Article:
“Government offices have security needs, and there are benefits to covert video in a work situation; the key benefit is rooting out your bad apples,” Lahmann said. Any institution today, from a retail outlet to a government agency that deals with the public on a daily basis, like the motor vehicle department, has traditional video surveillance, he said. Enter “into an organization and you’ll see cameras, and (the) employees of those organizations know where the cameras are,” he said.

If some employees are engaged in criminal activities, or even non-criminal activities that are worthy of dismissal, they are going to go where those cameras are not located, Lahmann said. “That’s where covert comes in. Put up covert cameras in the areas where there are no traditional video cameras, and the person might believe he or she is getting away with some activity, but it would be captured on video. Such people can remain in an organization for a long time, and at public agencies it can be more than just an issue of pilfering, it can be a security risk, he said.


The states of the art in commercial covert video equipment are devices that can be left in a room and record everything that goes on in that room, Lahmann said. In addition, those devices can be self-contained with their own power source and be set to record only when there is motion in the room. Recordings can be stored in the device for later retrieval, and once it is retrieved the data can be downloaded to any laptop, he said. Installing those devices typically consists of no more effort than “slapping it on the wall,” he added.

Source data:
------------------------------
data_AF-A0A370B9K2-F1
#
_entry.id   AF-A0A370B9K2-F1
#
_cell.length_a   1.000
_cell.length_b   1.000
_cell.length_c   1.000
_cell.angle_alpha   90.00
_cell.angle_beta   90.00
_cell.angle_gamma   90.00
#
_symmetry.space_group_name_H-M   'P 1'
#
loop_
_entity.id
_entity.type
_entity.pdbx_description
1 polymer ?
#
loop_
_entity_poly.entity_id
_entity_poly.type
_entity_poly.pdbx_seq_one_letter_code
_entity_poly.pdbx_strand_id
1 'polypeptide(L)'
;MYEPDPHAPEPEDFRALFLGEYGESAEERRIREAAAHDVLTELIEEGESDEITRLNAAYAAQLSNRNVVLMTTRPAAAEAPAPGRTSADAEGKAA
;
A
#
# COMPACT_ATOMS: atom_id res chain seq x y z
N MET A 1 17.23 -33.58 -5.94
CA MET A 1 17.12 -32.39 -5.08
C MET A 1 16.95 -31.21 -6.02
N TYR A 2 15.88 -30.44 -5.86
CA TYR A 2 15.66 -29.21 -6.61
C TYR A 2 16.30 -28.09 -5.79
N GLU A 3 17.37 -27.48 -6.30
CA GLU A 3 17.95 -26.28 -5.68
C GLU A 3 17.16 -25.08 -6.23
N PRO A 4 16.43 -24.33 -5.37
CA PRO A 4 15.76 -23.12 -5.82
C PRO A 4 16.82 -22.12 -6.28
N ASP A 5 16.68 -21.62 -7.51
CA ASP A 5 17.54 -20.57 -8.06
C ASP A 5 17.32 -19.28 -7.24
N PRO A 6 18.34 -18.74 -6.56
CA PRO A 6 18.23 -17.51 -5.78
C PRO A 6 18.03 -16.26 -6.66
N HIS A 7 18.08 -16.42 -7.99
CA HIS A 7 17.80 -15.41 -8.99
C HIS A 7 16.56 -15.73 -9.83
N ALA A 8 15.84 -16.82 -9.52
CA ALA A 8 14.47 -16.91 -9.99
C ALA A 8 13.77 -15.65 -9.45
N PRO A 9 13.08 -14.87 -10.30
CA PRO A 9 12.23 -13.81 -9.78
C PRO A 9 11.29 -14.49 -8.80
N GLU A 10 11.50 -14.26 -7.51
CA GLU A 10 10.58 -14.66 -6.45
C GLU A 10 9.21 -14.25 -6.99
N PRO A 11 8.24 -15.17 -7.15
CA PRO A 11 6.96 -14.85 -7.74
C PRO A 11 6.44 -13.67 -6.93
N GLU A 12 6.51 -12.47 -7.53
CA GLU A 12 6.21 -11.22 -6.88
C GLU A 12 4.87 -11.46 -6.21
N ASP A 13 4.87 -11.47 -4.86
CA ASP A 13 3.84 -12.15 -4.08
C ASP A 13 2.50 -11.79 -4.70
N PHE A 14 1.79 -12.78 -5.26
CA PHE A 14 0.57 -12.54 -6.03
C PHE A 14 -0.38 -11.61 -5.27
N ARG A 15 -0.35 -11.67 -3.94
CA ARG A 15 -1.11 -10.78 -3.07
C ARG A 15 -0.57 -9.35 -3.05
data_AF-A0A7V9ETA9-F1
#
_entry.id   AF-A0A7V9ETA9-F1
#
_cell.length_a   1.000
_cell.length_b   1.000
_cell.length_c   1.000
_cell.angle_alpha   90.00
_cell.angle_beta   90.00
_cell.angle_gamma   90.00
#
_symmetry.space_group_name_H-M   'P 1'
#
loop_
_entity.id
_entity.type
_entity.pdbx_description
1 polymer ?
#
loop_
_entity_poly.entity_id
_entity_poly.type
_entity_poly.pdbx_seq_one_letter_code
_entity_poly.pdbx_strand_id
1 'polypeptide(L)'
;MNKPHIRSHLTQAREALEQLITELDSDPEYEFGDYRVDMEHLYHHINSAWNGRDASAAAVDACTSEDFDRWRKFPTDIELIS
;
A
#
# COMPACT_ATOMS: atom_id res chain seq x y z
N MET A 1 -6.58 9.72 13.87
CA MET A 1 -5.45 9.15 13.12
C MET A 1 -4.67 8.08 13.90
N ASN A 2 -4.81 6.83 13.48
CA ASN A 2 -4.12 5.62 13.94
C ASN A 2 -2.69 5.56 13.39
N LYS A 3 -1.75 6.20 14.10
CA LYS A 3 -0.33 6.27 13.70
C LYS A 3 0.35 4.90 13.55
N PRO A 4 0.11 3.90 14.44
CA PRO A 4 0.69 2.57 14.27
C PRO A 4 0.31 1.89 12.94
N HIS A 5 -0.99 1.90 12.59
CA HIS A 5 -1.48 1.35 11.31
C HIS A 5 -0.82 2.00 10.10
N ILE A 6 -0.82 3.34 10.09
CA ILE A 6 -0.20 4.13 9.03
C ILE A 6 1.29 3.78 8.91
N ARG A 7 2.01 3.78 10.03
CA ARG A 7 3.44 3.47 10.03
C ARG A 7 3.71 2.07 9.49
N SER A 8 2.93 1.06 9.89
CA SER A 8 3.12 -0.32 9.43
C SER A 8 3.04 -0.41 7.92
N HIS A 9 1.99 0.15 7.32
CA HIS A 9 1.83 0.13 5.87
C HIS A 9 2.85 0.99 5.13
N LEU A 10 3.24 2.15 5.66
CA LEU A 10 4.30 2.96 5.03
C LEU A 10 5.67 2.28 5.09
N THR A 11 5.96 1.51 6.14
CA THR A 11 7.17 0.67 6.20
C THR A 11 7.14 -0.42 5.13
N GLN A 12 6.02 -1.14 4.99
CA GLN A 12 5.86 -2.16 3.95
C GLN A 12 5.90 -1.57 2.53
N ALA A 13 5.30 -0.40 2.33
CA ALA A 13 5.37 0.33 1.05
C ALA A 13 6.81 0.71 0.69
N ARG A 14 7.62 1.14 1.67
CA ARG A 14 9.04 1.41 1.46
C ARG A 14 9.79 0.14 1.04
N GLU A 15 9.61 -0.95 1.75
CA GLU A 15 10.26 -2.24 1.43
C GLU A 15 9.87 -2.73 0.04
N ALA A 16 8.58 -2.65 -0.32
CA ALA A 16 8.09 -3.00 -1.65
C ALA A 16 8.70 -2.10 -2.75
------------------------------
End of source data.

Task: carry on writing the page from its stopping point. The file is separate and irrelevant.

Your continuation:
Furthermore, the most “James Bondlike” of those devices can wirelessly transmit the recorded video. Cell phone companies like Sprint or Verizon, with their “3G” data circuits, have made it “pretty easy” to transmit video from one location to another. “It can be sent to a laptop in real time, or to a phone,” Lahmann said. Getting such video in real time is a bonus, along with never having to go back to the place where it was deployed. “You can retrieve the recording remotely, without ever having to reenter the establishment to retrieve the device,” he said.


Body-worn cameras are in fashion for law enforcement

TASER International has developed the TASER AXON (short for Autonomous eXtended On-Officer Network), which integrates an AV recording unit with a camera (color or IR) and microphone. The AXON can also be connected to the officers portable radio system, so all radio transmissions are recorded. TASER plans to have the un